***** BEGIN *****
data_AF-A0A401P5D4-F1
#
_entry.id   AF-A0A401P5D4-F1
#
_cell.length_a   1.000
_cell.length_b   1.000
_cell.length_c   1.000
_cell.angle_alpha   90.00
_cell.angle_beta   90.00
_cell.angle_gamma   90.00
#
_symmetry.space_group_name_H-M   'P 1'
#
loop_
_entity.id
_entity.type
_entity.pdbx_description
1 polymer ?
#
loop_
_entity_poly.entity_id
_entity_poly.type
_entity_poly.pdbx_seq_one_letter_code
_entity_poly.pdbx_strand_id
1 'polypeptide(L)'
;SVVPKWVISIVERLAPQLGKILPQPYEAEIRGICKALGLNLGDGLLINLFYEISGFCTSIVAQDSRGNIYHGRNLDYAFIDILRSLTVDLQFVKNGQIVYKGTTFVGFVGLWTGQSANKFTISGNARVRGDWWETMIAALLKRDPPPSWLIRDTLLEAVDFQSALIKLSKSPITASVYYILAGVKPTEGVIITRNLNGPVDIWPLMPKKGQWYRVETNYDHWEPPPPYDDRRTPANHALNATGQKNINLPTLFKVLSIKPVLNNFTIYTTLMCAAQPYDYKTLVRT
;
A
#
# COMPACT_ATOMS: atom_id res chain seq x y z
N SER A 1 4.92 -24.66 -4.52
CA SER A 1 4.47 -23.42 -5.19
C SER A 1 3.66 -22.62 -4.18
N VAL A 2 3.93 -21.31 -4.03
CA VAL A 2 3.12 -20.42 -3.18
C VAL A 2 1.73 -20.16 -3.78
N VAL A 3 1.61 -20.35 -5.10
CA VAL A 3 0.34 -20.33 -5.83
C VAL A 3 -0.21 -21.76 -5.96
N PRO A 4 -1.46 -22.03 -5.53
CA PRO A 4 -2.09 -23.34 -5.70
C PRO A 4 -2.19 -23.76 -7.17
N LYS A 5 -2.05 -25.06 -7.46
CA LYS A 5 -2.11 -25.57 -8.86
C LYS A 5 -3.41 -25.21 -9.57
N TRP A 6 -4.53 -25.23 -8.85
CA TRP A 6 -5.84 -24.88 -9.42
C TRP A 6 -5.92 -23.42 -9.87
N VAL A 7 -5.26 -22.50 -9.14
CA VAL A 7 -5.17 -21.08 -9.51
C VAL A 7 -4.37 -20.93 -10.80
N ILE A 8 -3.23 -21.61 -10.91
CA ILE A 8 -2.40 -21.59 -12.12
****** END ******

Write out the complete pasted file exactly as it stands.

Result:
data_AF-A0A401P5D4-F1
#
_entry.id   AF-A0A401P5D4-F1
#
_cell.length_a   1.000
_cell.length_b   1.000
_cell.length_c   1.000
_cell.angle_alpha   90.00
_cell.angle_beta   90.00
_cell.angle_gamma   90.00
#
_symmetry.space_group_name_H-M   'P 1'
#
loop_
_entity.id
_entity.type
_entity.pdbx_description
1 polymer ?
#
loop_
_entity_poly.entity_id
_entity_poly.type
_entity_poly.pdbx_seq_one_letter_code
_entity_poly.pdbx_strand_id
1 'polypeptide(L)'
;SVVPKWVISIVERLAPQLGKILPQPYEAEIRGICKALGLNLGDGLLINLFYEISGFCTSIVAQDSRGNIYHGRNLDYAFIDILRSLTVDLQFVKNGQIVYKGTTFVGFVGLWTGQSANKFTISGNARVRGDWWETMIAALLKRDPPPSWLIRDTLLEAVDFQSALIKLSKSPITASVYYILAGVKPTEGVIITRNLNGPVDIWPLMPKKGQWYRVETNYDHWEPPPPYDDRRTPANHALNATGQKNINLPTLFKVLSIKPVLNNFTIYTTLMCAAQPYDYKTLVRT
;
A
#
# COMPACT_ATOMS: atom_id res chain seq x y z
N SER A 1 4.92 -24.66 -4.52
CA SER A 1 4.47 -23.42 -5.19
C SER A 1 3.66 -22.62 -4.18
N VAL A 2 3.93 -21.31 -4.03
CA VAL A 2 3.12 -20.42 -3.18
C VAL A 2 1.73 -20.16 -3.78
N VAL A 3 1.61 -20.35 -5.10
CA VAL A 3 0.34 -20.33 -5.83
C VAL A 3 -0.21 -21.76 -5.96
N PRO A 4 -1.46 -22.03 -5.53
CA PRO A 4 -2.09 -23.34 -5.70
C PRO A 4 -2.19 -23.76 -7.17
N LYS A 5 -2.05 -25.06 -7.46
CA LYS A 5 -2.11 -25.57 -8.86
C LYS A 5 -3.41 -25.21 -9.57
N TRP A 6 -4.53 -25.23 -8.85
CA TRP A 6 -5.84 -24.88 -9.42
C TRP A 6 -5.92 -23.42 -9.87
N VAL A 7 -5.26 -22.50 -9.14
CA VAL A 7 -5.17 -21.08 -9.51
C VAL A 7 -4.37 -20.93 -10.80
N ILE A 8 -3.23 -21.61 -10.91
CA ILE A 8 -2.40 -21.59 -12.12